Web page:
In the original photo (left) , in which President Barack Obama is leading Israeli Prime Minister Benjamin Netanyahu, Jordan’s King Abdullah, Palestinian Authority President Mahmoud Abbas and Mubarak to a media event, Mubarak was clearly trailing the others. Egypt’s Al Ahrem, the state-run newspaper (doesn’t that phrase sound ominous?) instead ran a photo with Mubarak leading the charge into the room, either to flatter his importance or to make him look extra eager to get those peace talks started.
After the doctored photo appeared in the paper on September 14, a blogger in Egypt noted the change, and and independent media outlets in Egypt have criticized Al Ahrem. The independent daily Al-Masry al-Youm, said Al-Ahram had “carried out surgery” on the photo “to show Mubarak leading and the rest behind.” According to the Telegraph in Britain, Al Ahram has since replaced the image on its web site with a picture of the assembled leaders seated on chairs in the Red Sea resort.
As attempts to flatter a country’s leader goes, this seems less amusing than when Paris Match, an independent weekly in France, retouched a photo of a shirtless President Nicolas Sarkozy to remove his love handles in 2007.
This altered news photo of Mubarak has the look of one of those Soviet-era uses of airbrushing (described in The Commissar Vanishes) to remove or replace leaders according to the political winds of the day.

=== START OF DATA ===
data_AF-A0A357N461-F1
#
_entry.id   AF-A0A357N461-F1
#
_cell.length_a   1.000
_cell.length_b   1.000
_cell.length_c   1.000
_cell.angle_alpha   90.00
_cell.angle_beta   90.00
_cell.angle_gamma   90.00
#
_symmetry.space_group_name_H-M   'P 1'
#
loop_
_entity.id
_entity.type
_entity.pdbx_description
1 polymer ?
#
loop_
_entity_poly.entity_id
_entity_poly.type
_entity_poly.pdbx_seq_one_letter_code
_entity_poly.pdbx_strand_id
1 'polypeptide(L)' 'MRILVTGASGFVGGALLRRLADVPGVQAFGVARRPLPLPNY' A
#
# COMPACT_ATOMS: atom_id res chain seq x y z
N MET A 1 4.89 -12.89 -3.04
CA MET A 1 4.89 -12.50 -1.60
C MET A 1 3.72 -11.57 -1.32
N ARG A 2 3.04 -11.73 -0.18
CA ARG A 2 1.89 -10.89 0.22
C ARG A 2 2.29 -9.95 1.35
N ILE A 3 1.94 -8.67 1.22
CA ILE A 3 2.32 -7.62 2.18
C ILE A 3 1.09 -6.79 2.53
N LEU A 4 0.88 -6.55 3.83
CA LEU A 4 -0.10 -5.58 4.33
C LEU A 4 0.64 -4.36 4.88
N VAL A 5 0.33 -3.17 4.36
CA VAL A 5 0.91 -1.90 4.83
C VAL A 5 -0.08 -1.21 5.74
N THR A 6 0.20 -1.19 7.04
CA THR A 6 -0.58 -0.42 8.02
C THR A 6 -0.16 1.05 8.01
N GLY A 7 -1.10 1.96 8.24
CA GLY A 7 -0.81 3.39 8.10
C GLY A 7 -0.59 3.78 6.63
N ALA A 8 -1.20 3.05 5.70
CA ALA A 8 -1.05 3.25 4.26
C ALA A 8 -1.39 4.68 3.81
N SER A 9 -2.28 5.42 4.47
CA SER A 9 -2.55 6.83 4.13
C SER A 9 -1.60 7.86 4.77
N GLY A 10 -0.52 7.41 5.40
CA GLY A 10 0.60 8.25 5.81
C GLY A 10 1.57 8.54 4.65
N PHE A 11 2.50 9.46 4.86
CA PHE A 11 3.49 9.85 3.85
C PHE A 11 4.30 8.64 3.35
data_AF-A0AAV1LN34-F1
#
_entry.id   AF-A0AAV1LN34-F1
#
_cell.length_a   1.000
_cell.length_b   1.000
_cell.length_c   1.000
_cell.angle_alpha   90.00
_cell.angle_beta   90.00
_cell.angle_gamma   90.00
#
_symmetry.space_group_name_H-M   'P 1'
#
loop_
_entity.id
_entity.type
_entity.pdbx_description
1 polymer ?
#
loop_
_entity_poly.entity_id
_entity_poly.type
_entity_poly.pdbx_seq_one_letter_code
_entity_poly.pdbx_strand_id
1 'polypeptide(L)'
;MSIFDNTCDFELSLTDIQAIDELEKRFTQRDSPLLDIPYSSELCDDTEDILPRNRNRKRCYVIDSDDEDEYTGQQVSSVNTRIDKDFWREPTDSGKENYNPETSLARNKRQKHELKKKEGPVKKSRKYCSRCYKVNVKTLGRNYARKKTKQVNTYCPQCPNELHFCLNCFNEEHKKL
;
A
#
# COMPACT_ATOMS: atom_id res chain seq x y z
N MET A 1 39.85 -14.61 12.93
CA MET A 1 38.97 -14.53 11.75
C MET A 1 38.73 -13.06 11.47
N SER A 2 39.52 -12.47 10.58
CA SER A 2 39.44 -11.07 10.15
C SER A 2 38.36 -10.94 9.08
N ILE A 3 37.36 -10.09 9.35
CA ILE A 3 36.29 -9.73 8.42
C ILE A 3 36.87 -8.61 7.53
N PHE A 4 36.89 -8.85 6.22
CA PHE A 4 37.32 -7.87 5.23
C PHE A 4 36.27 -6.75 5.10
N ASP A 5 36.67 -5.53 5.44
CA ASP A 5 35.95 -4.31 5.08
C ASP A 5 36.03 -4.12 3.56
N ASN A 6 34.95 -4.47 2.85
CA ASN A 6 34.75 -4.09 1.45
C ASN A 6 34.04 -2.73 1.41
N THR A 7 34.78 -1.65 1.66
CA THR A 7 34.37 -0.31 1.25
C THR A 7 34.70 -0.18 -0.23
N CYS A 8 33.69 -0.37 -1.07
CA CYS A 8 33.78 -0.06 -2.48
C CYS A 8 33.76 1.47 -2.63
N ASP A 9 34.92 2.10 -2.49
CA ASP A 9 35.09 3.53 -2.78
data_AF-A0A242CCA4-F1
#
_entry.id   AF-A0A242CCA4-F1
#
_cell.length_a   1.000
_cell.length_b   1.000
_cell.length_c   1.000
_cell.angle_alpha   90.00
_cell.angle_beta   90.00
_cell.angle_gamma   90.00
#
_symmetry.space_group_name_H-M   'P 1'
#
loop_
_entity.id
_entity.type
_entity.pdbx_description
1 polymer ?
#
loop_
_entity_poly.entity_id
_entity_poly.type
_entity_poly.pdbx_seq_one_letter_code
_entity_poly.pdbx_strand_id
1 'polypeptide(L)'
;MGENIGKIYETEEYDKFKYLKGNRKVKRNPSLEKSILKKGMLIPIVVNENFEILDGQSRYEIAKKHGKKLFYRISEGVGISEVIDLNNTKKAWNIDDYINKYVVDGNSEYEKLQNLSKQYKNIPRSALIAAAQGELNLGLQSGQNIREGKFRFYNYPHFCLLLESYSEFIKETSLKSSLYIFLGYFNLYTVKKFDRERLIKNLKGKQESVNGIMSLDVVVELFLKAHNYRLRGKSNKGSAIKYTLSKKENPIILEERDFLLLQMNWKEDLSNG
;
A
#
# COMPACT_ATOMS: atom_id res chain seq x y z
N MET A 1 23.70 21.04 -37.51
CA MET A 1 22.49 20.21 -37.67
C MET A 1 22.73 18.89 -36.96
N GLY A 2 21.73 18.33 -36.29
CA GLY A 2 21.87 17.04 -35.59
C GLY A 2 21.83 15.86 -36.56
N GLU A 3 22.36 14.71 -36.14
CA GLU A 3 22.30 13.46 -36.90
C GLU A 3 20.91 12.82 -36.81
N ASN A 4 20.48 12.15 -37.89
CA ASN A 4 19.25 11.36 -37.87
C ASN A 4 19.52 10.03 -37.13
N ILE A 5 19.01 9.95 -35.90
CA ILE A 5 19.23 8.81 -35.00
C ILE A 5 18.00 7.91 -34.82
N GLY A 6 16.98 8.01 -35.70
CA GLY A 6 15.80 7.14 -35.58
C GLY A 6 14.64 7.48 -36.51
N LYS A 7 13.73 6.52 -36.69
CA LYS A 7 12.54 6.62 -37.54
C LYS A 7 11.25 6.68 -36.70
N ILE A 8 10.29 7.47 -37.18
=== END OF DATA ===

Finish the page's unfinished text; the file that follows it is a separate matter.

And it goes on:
World Press Photo has announced that it will launch a new contest for “creative documentary photography.” With a nod to subjective and non-traditional forms of storytelling, the contest “will reward the most imaginative ways of telling stories available,” World Press said in its announcement. The contest, which has yet to be named, is slated to... More ›
Road warriors rejoice. Adobe is rolling out a major update to Lightroom mobile (iOS v. 2.4) that addresses a key wishlist item for many shooters: the ability to transfer and edit RAW images on iOS-based mobile devices. With the update, users can transfer RAW image files from their cameras to an Apple device via Apple’s... More ›
Adobe is updating a number of its Creative Cloud apps today, including Photoshop, giving them a speed boost and several new features. Among the new goodies in Photoshop is the previously teased Content-Aware Crop, which automatically fills in the gaps when you rotate or expand a canvas beyond the original image size. A new Face-Aware Liquify feature uses the... More ›